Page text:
An offshore installation does not meet the definition of 'equipment', 'protective system', 'device' or 'component', as defined in the EPS Regulations and so they do not apply to the offshore installation as an entity. In any event, the EPS Regulations do not apply to used or second hand products, which were on the market or put into service in the EU prior to 1 July 2003.
The EPS Regulations allow any safe product which was in service in the EU on or before 30 June 2003 to remain in service indefinitely, whether it is European or non-European certified.
Straightforward repairs to products are not within the scope of the EPS Regulations. Any repair to such a product, which affects the EHSRs, could be a 'substantial modification' and therefore require the product to be conformity assessed again.
Spares, which a manufacturer, distributor or end user had in stock on 1 July 2003, are considered to be already on the market and therefore an end user may legitimately purchase and use them.
Note that spare parts – which are not 'equipment', 'protective systems', 'devices' or 'components' as defined in the EPS Regulations – required to repair a product are unaffected by the EPS Regulations. Spare parts placed on the market from 1 July 2003 which are 'equipment', 'protective systems', 'devices' or 'components' as defined in the EPS Regulations, must comply with the conformity assessment requirements of the EPS Regulations.
The manufacturer of an EPS Regulation product is required to provide instructions with the product which must include, among other things, instructions for the safe putting into service. For a telephone handset, this would require instructions as to how individual handsets can safely be connected to an EPS Regulation intrinsically safe telephone system. If the manufacturer was also marketing the handset for connection to an existing pre-EPS Regulation, intrinsically safe, telephone systems then relevant instructions for this application would also need to be supplied, as required by section 6 of the Health and Safety at Work etc Act 1974.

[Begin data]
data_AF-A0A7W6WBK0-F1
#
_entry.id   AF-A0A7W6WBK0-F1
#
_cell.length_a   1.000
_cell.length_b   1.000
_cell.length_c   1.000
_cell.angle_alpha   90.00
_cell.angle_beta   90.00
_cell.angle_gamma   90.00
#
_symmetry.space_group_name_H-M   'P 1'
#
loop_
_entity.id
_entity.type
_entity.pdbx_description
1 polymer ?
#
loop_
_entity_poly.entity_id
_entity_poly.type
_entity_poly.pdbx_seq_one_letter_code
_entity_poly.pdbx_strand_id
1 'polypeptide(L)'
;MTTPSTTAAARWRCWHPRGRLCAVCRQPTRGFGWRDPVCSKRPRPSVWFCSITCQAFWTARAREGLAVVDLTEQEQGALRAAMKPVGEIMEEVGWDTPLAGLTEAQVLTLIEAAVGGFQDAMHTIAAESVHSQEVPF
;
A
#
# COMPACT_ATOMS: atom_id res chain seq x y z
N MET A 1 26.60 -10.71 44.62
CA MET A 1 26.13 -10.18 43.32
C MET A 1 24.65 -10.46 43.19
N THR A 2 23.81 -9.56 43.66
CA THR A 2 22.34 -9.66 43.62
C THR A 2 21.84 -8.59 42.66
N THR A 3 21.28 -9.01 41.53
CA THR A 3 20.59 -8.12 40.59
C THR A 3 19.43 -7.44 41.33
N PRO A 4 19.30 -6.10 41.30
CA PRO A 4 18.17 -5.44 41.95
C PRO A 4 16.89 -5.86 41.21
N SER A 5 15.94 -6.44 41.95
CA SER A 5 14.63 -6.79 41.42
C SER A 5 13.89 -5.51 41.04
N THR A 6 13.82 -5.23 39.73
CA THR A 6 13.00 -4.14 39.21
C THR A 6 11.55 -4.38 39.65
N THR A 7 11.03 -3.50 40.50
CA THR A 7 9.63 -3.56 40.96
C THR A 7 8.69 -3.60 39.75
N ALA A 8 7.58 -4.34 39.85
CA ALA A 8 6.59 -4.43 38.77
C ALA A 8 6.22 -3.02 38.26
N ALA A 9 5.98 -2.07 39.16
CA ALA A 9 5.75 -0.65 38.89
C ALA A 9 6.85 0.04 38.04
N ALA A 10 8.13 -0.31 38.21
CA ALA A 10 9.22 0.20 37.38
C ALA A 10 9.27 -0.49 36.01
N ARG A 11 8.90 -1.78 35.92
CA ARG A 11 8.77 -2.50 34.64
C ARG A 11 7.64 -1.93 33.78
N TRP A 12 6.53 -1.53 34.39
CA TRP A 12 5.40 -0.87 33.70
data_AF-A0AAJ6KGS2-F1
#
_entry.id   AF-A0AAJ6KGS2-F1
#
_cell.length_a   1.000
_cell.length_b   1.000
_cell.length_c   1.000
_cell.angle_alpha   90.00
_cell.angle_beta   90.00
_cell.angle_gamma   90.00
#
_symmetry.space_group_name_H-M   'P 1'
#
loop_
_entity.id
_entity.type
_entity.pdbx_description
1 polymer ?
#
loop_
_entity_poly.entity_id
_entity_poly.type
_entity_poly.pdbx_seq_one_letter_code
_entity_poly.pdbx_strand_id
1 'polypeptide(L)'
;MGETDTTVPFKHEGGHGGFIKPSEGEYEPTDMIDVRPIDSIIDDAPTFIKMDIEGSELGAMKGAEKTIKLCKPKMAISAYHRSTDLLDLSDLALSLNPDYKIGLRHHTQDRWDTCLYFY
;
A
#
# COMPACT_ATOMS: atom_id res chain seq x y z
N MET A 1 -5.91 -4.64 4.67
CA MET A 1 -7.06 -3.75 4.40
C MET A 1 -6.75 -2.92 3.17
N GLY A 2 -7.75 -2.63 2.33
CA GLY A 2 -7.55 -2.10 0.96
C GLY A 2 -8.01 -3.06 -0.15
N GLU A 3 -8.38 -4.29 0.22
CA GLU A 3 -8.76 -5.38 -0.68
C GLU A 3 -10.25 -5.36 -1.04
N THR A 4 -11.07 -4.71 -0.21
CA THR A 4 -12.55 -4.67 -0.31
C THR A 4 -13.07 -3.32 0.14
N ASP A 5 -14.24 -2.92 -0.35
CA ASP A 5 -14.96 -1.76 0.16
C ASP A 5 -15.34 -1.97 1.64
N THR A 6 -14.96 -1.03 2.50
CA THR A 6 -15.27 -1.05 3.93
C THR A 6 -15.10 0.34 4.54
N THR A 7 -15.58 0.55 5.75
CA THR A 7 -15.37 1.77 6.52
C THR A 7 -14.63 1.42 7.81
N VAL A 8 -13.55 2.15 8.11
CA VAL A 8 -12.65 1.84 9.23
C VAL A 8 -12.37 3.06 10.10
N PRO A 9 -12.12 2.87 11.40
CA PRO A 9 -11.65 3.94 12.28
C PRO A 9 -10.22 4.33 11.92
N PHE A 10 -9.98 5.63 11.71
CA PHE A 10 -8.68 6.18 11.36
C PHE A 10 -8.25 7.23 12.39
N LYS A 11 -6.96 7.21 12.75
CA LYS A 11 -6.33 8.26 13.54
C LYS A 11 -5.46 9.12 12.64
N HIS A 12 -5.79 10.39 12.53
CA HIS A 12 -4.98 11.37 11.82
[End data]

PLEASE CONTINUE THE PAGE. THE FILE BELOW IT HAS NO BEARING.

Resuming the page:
A system / assembly produced on site, using a mixture of EPS and non-EPS Regulation parts, is the responsibility of the user and not the equipment manufacturer. The user is required to comply with any instructions for putting into service supplied by the manufacturer of the telephone handset, and also adhere to the instructions and the intrinsically safe system certificate conditions for the existing telephone system. If the user is unable to make a decision about the connection themselves, expert advice should be sought from a competent person, eg a notified body. The resulting extended telephone system will be a modification of a system that was on the market pre-ATEX and, as such, the EPS Regulations do not apply to it. Any enforcement action being considered by inspectors would be appropriate under worker protection legislation, such as PUWER.
Very little mechanical equipment is an ignition risk in normal operation, but it may become a risk in fault conditions. A thorough consideration of existing equipment would include the following steps:
The EPS Regulations relate to the supply of new equipment and do not apply in these circumstances, unless something is modified sufficiently to make it effectively a new product. Simple silos and bins are not in any case ATEX equipment, unless they include as an integral part, equipment or fittings that create an ignition risk. Both DSEAR, and PUWER (Provision and Use of Work Equipment Regulations) are relevant to bringing into service second hand equipment. The design of any equipment newly brought into service needs to be reviewed and verified as fit for purpose. PUWER regulation 10 makes clear that equipment brought into service at a new site needs to comply with the ATEX Directives, and / or other single market Directives that applied when it was first supplied or put into service. Explosion vent panels that have no information about the standard to which they have been built and tested, nor any details of the opening pressure, cannot easily be shown to be fit for purpose. A risk assessment under DSEAR would be likely to conclude that new panels, carrying the CE and Ex in a hexagon mark, should be fitted to the silos.